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Tina Fontaine's aunt, Thelma Favel, holds her picture at her home on the Sagkeeng First Nation in Pine Falls Man.

Lyle Stafford/The Globe and Mail

Bearing Witness: 2014 — The Globe and Mail looks back on the cataclysmic news events of 2014 through the eyes of the people who were there – be they bystanders, participants or journalists. Their accounts shaped our perceptions, while their witnessing the events changed their lives.

There was nothing different about the evening of June 30. Thelma Favel, a revered matriarch and veteran foster parent, gathered her family in her rural Manitoba living room for nightly prayers. They asked for healing and protection.

The next morning, Ms. Favel embraced Tina Fontaine, the great-niece she raised as her own, and said goodbye. The 15-year-old was leaving the Powerview-Pine Falls home to visit her biological mother in Winnipeg, about 130 kilometres to the southwest. "She said, 'I'll see you in a week, Mama,'" Ms. Favel remembers. "I never thought anything of it. I never thought something like this would ever happen to her."

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"Something like this" are Ms. Favel's words for homicide. Tina was found dead in Winnipeg's Red River on Aug. 17. When Ms. Favel got the news by phone at home, she went numb. She screamed for her husband of 35 years. "Joe!" she cried out. Then, as a result of a long-time disorder, she had a seizure. "When I came to, I said, 'Tell me it's not true,'" she recounted. "Joe said, 'I can't.'"

The dramatic recovery of Tina's body – police divers were looking for someone else when they happened upon her corpse, wrapped in plastic – immediately reignited calls for a national inquiry into Canada's murdered and missing aboriginal women. It also cast fresh scrutiny on the child-welfare system, since Tina had been voluntarily placed in Child and Family Services care shortly before her death. She died a ward of the province.

In Ms. Favel's words, "the system failed her." And the 56-year-old woman is familiar with the system. She has cared for 67 children over the past 30-odd years. Some came to her through formal foster-care arrangements, others came to her more informally – she raised her sister's three children, including Tina's father, for example. Most of the children she reared for various periods of time were aboriginal, but some were not. About half of her charges, she said, were fleeing broken homes rife with neglect and substance abuse. Some were hungry. All of them needed love.

Asked what it took to care for so many children, over so many years, the residential school survivor said: "If you're willing, you just have to open yourself, be willing to love somebody else's child, a child who is in need." The hardest part, she said, is saying goodbye.

In her care-giving, Ms. Favel has witnessed the challenges children face growing up in dysfunctional families. She also saw the cracks in the CFS system through which those children sometimes fall. She has watched as child after child is turned over to her because their parents had turned to drugs or alcohol.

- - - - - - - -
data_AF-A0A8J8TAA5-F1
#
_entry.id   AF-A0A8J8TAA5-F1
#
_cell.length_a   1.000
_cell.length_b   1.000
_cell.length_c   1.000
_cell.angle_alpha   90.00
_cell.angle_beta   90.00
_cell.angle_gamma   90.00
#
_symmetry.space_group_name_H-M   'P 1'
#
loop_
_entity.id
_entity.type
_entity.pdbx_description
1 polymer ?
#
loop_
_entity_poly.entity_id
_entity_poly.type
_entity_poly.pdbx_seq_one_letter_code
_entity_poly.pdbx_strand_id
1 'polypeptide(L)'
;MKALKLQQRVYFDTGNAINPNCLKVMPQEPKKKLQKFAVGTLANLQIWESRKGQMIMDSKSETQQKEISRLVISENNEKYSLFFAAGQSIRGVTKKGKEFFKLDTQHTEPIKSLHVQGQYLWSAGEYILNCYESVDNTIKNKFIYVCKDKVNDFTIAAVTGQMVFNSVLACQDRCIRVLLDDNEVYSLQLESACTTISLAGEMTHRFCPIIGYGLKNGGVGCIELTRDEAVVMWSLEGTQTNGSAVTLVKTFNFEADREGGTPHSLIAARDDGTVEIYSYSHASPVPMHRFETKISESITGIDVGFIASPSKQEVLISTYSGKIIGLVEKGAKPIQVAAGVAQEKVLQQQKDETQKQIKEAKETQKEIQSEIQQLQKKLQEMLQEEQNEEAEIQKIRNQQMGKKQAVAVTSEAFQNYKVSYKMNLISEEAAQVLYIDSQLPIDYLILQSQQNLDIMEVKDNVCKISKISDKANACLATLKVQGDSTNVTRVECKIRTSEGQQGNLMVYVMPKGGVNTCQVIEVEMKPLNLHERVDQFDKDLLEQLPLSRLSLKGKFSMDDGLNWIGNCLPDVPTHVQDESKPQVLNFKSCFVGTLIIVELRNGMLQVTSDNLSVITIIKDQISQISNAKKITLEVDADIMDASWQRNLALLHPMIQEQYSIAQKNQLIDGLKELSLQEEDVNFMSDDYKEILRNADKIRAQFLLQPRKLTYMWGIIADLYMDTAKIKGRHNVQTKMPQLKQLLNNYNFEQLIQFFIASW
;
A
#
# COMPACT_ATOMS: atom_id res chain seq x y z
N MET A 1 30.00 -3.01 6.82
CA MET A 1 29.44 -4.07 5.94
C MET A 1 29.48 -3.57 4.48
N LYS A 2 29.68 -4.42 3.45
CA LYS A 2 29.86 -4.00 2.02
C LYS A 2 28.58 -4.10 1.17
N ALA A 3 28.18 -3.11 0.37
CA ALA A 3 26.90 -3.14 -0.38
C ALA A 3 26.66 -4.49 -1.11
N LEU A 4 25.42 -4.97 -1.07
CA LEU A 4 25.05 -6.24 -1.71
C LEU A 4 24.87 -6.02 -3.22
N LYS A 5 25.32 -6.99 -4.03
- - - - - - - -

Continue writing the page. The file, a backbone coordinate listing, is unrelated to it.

She has heard of these same parents seeking treatment, only to be told there are no services on their reserve or that they must add their names to a waiting list. This past spring, she tried to get Tina into grief counselling for help dealing with the beating death of her father, but Ms. Favel said she was told support was contingent on being in CFS care. After Tina entered the provincial system, she was placed at a downtown Winnipeg hotel. The same fate befalls dozens of foster children on any given night.

The Manitoba government has announced it is taking action to reduce the number of hotel stays and overhaul its emergency-placement system, but Ms. Favel is skeptical. "I don't think they'll follow through," said the woman, who lost her father when she was six-years-old and was raised by her mother and an aunt.

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She is speaking out now, no matter how painful it is, in the hopes that Tina's story will resonate with others – that it will compel parents to take responsibility for their families, spur improvements to the child-welfare system and inspire young women to seek support. "I hope it helps bring change," she said. "I hope it helps other girls down the road. I want them to reach out for help and not end up like my daughter."

Ms. Favel is today raising Tina's younger sister, Sarah, who is grappling with the loss of her sibling, her best friend. She is also raising two children with special needs. They have cycled through seven CFS workers in six years and have not been able to access the mental-health services they need, she said.

The pair will be the last of her foster children, she has decided. She is tired. She is tired of saying goodbye. She is tired from crying over Tina's death. She is tired from worrying that Sarah will hurt herself to numb the loss of first her father and her sister.

"It's time," Ms. Favel said. "It's time for me to take a moment for myself now."

Kathryn Blaze Carlson is a member of a team of Globe journalists reporting on Canada's missing and murdered aboriginal women.

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